In 1925, Reza Khan, father of the Pahlavi dynasty, Colonel in the Russian-trained, Persian Cossack Brigade assumed power after instigating a coup, proclaiming himself Shah of Iran.[5]Efforts to consolidate the nation under a non-tribal state with a well-developed economy and secular institutions (e.g. state-run schools, bureaucracy, anti-religious dictums) to promulgate Westernization soon ensued. Reza (Khan) Shah’s affinity with European wear and jurisprudence precipitated in the plagiarism and implementation of the nearly identical French Civil and Italian Penal Codes.[6]By restricting hajjand Shii rituals (i.e. including clothing such as hijab)[7]and authorizing the education and equal opportunity of women in public facilities, the Shah grew vastly unpopular with his religious conservative subjects. Furthermore, the historically amicable relationship with Britain, however, precipitated in unfortunate losses for the nascent Iranian state as the Anglo-Iranian Oil Company (AIOC)[8]subsumed much of the incurring profits, hijacking much of the revenue and stifling potential economic growth from the now-flailing authoritarian regime. Reza Shah’s pro-German sentiments[9]and efforts to counter British and Soviet intrusion led to Iran’s imminent invasion and decimation of “[t]he pampered Iranian army,”[10]prompting him to implore, at the behest of Britain, for his son’s preservation and placement on the throne in his stead, thus securing the dynasty’s legacy.[11]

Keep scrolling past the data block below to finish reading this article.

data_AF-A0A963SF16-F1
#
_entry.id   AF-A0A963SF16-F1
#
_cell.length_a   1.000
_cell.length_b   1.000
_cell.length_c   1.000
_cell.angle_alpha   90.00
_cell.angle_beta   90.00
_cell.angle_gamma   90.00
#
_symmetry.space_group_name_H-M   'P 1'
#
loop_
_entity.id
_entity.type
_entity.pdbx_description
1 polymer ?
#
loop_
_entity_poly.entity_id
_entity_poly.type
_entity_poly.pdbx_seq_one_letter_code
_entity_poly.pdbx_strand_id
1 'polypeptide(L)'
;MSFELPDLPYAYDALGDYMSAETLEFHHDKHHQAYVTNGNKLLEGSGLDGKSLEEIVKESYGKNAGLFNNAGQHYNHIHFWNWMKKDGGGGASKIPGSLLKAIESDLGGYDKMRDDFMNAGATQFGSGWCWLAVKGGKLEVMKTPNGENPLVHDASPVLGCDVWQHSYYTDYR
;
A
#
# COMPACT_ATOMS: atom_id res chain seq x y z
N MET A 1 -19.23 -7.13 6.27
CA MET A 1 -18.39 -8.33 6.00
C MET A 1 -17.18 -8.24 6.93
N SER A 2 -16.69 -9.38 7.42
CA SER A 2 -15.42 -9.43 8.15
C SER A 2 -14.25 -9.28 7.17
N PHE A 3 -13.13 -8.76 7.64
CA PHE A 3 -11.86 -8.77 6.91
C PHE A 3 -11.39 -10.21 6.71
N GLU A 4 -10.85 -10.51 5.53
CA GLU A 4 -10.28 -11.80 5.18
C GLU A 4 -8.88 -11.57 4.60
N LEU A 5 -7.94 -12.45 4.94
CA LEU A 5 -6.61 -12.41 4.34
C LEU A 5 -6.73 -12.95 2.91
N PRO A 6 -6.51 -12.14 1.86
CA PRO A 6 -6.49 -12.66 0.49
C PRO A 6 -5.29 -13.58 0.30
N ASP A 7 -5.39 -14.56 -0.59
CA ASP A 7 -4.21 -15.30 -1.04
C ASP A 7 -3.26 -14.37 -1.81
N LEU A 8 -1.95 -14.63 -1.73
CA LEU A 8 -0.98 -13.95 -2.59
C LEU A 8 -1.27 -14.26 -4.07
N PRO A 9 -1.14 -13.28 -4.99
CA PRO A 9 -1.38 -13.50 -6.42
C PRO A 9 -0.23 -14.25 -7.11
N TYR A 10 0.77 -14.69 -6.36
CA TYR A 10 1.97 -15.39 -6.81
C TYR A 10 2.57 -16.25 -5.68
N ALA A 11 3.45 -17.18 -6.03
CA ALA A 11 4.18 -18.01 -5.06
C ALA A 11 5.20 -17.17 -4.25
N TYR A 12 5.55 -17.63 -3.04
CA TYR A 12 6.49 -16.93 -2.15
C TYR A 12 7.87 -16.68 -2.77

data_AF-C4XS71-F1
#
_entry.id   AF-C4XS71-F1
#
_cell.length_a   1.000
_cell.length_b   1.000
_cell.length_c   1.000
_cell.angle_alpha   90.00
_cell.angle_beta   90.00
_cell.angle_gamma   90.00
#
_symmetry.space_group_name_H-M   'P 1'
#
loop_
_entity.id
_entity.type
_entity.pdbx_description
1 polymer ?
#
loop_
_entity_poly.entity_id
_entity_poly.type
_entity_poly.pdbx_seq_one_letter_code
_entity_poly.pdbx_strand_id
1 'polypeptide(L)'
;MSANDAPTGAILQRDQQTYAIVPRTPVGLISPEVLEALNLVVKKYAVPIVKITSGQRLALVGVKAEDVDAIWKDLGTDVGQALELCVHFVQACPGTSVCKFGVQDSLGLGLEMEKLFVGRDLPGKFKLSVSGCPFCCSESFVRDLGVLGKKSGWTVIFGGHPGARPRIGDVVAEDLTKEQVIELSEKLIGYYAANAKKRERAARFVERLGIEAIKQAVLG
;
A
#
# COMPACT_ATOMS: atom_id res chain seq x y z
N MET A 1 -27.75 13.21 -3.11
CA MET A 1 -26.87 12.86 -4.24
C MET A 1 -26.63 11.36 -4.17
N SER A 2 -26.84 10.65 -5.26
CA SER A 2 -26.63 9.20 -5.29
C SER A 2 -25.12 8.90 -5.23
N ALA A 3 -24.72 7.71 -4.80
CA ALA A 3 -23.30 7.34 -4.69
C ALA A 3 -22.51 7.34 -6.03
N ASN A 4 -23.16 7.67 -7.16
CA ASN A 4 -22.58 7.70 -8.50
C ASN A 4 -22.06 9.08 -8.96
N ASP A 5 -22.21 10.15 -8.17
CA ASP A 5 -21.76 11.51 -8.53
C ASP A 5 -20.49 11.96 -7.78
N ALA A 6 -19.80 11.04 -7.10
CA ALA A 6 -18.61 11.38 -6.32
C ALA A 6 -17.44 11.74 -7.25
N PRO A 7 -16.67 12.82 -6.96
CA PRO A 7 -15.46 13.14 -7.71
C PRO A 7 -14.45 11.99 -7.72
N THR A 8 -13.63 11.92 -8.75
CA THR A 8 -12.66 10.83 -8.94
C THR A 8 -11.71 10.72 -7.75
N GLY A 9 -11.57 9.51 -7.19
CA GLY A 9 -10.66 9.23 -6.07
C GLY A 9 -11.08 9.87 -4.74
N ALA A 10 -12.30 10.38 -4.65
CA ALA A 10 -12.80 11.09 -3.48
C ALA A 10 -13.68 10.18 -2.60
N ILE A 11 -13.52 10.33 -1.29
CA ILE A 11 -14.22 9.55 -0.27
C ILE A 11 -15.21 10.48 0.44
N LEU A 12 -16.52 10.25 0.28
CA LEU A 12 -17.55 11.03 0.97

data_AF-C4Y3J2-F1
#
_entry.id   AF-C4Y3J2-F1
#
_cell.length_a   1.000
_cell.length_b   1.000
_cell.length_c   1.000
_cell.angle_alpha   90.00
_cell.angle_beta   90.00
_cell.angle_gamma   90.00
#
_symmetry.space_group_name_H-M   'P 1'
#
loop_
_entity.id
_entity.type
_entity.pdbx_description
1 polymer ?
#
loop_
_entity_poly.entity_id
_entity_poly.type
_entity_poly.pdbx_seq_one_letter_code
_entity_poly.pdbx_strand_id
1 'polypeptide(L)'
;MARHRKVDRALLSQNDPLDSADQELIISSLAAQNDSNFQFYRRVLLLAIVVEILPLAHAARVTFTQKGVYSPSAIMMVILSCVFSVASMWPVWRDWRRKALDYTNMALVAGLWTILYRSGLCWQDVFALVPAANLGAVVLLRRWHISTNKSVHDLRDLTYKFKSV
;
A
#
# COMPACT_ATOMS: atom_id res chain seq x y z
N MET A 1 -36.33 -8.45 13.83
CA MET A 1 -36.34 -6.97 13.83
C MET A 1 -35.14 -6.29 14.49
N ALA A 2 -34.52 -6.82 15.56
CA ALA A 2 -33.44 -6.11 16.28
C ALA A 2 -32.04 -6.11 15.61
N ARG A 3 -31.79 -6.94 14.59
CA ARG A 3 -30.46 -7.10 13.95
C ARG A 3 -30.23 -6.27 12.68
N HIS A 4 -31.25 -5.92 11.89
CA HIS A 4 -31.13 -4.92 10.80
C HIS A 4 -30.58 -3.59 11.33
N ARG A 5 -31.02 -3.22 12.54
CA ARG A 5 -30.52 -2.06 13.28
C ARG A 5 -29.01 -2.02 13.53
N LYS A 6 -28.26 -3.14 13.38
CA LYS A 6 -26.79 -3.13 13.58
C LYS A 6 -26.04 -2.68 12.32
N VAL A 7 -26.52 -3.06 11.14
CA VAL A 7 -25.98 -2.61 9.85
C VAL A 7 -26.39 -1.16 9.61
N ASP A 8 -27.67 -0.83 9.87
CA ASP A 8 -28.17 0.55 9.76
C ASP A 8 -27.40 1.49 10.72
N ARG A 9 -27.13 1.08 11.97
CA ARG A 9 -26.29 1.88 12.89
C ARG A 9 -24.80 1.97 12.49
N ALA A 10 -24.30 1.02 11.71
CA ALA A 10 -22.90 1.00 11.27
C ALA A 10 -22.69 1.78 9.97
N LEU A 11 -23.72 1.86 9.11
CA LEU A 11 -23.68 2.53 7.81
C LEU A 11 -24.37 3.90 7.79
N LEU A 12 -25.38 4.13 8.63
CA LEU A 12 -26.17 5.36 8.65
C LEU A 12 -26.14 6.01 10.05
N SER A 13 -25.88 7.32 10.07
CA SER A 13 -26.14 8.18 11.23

To hamper growing vitriol toward the decadent regime, Muhammad Reza Shah, son of the late Reza Shah, preserved the constituent body, or Majlis,[12](i.e. Parliament) to mollify the masses yet continued to manipulate legislation, thus rendering it an ostensible wing of national power, as did his father,[13]for personal expediency. Parties were therein conceived and various groups such as the pro-Soviet, Marxist Tudeh (Masses) Party[14]bolstered support from the proletariat class against the AIOC and the Shah’s secular, anti-religious government. In 1951, Muhammad Mosaddiq of the pro-democracy National Front Party, running on an anti-Anglo platform and the nationalization of Iran’s natural resources independent of foreign investment/influence, was elected Prime Minister and ousted the Shah.[15]